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And now for something really important...
executing your strategy.


Your strategy is set. Your team is highly supportive of your overall strategic direction and the strategic initiatives are in place. However, not much seems to be happening. People appear to be too busy "running the business" the way they always have. While there is some activity, it's proceeding at a snail’s pace.

Some different tactics are required to get the plan on track. Key questions need to be answered:

  • On which strategic priorities are we going to concentrate?
  • Who will be accountable for each of these priorities?
  • What resources – human and otherwise – do we need to get these priorities moving?
  • What does it look like when the strategic priority has been successfully completed?
  • What are the critical success factors (CSFs) – what must go right – for each priority to be successful?
  • What will we achieve in the next 90 days to move the ball forward?
  • How are we going to keep track of our progress, and know when something’s not working so we can make adjustments?

Mapping out an effective approach to executing your strategy

In our experience, especially that of the past few years, establishing a detailed, long-term action plan is no longer useful. Things are changing too quickly to look much beyond the next 90 or possibly 120 days. While it’s essential to keep an eye on major initiatives and the large chunks of work that remain to be done, the focus should be squarely on what can be done in the next 90 days to prepare for, or contribute to, the desired outcome.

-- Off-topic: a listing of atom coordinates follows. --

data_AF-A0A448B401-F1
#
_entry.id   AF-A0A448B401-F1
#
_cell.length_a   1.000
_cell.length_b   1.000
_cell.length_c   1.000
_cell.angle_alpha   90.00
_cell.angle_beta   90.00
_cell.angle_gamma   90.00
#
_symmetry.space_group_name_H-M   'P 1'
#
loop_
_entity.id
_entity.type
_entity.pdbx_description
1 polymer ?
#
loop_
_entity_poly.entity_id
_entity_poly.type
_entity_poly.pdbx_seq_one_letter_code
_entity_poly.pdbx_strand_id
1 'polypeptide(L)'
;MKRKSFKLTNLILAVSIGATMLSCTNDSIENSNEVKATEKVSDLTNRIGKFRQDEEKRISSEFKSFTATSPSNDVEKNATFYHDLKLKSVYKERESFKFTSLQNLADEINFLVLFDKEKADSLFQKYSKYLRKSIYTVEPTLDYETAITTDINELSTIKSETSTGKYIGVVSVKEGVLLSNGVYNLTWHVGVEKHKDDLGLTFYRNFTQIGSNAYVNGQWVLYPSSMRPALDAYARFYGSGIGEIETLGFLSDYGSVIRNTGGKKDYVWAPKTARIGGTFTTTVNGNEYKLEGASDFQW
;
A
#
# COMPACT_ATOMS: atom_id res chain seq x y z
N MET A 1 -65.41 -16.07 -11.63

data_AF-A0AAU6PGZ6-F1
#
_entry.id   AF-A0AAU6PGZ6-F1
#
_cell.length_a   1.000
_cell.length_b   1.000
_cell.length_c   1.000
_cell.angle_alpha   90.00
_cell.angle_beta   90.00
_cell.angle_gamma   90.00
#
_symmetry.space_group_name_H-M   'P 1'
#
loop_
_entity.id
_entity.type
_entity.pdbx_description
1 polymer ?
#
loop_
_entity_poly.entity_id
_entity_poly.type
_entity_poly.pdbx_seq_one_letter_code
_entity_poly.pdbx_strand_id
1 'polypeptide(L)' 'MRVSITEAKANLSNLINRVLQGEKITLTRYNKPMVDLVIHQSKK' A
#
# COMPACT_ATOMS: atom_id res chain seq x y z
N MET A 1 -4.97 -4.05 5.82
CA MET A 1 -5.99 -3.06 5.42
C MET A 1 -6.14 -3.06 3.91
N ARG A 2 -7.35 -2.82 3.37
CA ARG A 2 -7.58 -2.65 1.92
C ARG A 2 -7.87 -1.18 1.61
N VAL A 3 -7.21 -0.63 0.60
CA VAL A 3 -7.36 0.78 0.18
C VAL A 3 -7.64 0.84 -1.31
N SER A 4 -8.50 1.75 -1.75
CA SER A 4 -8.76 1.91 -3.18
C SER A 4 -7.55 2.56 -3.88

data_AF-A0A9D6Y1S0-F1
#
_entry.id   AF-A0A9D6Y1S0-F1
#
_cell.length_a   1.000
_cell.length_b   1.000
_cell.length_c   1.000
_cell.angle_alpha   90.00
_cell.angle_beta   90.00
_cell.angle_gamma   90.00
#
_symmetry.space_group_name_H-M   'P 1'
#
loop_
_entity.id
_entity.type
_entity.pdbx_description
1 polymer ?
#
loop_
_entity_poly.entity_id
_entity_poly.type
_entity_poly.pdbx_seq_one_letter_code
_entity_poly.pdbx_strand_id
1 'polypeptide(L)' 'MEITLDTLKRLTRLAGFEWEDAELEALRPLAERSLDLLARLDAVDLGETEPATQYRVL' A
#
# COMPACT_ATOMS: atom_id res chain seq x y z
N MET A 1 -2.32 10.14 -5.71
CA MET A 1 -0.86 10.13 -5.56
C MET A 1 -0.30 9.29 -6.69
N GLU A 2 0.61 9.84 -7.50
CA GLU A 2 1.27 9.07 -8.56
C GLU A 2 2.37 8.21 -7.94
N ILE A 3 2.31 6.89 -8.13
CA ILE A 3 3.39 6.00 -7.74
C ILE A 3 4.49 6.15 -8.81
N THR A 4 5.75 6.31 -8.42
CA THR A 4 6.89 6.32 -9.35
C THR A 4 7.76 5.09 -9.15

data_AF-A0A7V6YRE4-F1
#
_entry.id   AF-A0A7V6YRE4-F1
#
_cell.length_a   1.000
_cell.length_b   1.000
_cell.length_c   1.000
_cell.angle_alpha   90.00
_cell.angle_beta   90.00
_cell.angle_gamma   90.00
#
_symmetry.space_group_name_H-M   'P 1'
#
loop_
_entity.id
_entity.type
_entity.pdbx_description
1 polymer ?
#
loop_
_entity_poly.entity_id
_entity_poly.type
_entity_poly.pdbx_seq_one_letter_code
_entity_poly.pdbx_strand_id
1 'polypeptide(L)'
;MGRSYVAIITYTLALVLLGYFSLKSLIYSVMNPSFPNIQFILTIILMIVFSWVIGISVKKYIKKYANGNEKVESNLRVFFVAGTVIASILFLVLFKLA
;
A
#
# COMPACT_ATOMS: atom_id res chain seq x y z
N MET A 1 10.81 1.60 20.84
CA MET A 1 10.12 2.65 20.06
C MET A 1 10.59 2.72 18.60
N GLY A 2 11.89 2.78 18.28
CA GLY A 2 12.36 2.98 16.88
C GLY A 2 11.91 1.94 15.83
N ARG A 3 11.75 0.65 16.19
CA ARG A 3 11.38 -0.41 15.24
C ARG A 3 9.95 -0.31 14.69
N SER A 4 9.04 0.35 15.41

This philosophy guides our approach to operationalizing your strategy. Our role is one of facilitator, advisor, educator, and coach. The members of your team take on the ownership of, and accountability for, the execution, and the eventual success of your strategy will be their success. Major steps include:

  1. Reviewing and reflecting on the strategy you and your team have created.
  2. Speaking with team members to identify possible roadblocks and any political realities that must be considered.
  3. Following these conversations, meeting with you and your team to explore how best to proceed. Note: At this meeting, we might address each of the questions stated above for each of strategic priority, laying out the large chunks that must be considered, and crafting a 90-day Action Agenda.
  4. Returning in 90 days to review progress with your team and facilitate the next 90-day agenda. Far from playing the "blame game," it is important to treat these sessions as active learning experiences during which team members highlight what’s been accomplished, what’s been learned, and what adjustments should be considered. In the interim, we can coach and counsel individual strategy teams as they move their priorities forward.

Normally, after 9 months and three progress meetings your team will be comfortable assuming complete responsibility for execution, and you will then be self-reliant.

CompassStrategic Clarity

Are you clear about the future you intend to own?

Your “intended future” should be a qualitative and quantitative description of where your business will be in 3 to 5 years (maybe more). While it can and should factor in the views of clients, employees, shareholders and other stakeholders, this future must be one that can be owned, realistically. And it must be a future that those responsible for achieving it can get behind. 

Speech bubblesInside Chatter     

“Our guys were skeptical about the role you could play in implementing our strategy. Not any more. The quarterly checkups are focusing our people and helping to ensure that obstacles are dealt with before they become insurmountable.”

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